Wednesday, 17 April 2013

Chipmunked disco diva

A fascinating article on Auto-Tune, the pitch-correcting software for singers and musicians, whose creator was (a) a classical flautist* and (b) using algorithms designed for the oil industry.

When I flipped that article to a friend, he sent me back this one from 2009, talking about the spread of Auto-Tune in North African and Arabic music, and makes a really interesting point:
Contemporary ra├» and Berber music embrace Auto-Tune so heartily precisely because glissandos are a central part of vocal performance (you can’t be a good singer unless your voice can flutter around those notes): sliding pitches sound startling through it. A weird electronic warble embeds itself in rich, throaty glissandos. The struggle of human nuance versus digital correction is made audible, dramatized. Quite literally this is the sound of voice and machine intermodulating – a far cry from [music critic Jody] Rosen’s conclusion that T-Pain uses the technology to ‘impersonate a computer’.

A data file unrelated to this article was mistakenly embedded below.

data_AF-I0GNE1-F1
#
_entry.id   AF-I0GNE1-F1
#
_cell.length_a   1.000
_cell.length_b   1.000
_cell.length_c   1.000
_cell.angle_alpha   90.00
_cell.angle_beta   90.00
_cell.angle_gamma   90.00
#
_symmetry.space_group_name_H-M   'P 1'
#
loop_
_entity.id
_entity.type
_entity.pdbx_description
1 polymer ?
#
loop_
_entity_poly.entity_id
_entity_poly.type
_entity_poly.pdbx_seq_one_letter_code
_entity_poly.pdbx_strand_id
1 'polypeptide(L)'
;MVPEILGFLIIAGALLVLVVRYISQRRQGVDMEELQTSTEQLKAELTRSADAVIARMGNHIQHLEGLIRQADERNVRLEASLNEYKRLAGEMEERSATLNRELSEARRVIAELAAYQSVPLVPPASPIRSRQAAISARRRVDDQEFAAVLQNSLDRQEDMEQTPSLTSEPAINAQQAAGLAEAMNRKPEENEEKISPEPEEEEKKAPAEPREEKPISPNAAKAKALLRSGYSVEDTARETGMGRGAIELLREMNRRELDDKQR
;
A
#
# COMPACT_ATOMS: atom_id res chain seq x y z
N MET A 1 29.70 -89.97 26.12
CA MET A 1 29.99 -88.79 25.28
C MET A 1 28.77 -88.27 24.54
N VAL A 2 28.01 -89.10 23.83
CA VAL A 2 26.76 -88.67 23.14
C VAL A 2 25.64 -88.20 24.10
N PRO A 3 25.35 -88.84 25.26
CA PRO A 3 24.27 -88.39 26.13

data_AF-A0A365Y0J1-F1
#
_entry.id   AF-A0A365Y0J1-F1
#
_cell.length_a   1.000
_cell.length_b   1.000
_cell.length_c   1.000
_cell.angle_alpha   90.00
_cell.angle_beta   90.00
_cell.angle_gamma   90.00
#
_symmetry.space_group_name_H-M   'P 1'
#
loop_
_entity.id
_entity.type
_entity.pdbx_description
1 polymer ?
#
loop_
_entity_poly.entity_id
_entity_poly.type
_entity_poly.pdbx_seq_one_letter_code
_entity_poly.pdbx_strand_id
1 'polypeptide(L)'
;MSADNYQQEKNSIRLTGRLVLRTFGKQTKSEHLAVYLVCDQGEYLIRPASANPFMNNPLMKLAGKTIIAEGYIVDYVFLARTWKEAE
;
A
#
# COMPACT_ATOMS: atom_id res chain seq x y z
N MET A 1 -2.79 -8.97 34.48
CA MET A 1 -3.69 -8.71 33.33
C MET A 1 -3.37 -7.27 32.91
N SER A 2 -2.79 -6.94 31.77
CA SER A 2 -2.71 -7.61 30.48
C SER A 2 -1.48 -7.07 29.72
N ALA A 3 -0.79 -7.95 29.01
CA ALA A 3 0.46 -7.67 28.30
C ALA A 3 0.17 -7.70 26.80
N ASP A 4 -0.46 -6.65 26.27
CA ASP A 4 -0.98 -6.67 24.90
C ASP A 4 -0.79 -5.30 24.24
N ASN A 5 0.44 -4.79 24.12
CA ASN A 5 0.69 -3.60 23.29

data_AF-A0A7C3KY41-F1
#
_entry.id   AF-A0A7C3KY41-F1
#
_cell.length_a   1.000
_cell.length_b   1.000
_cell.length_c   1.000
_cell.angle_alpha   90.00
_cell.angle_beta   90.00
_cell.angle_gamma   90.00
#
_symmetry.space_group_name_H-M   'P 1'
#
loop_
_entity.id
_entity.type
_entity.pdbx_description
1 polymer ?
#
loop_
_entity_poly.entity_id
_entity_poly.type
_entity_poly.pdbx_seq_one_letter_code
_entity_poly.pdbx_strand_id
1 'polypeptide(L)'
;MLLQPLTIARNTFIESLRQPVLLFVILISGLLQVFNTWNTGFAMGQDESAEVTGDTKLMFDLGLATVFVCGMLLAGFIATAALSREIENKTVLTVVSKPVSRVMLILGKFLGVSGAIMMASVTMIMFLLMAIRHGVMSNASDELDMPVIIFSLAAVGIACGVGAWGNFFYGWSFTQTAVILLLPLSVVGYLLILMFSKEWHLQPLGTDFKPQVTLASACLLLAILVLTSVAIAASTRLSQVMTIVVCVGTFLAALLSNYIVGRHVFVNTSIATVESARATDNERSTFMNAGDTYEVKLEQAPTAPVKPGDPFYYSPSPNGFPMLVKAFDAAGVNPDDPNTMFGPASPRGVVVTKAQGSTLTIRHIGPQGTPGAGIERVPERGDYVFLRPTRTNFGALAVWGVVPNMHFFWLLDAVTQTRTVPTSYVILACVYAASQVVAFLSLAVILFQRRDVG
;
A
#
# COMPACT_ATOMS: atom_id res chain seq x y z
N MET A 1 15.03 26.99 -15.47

Chalk another one up for machines that make art. Speaking of which, when I sent the top article to another friend, he responded with this - and I'm not even sure where to go when the world starts imploding like that.

* Where does that extra a come from?

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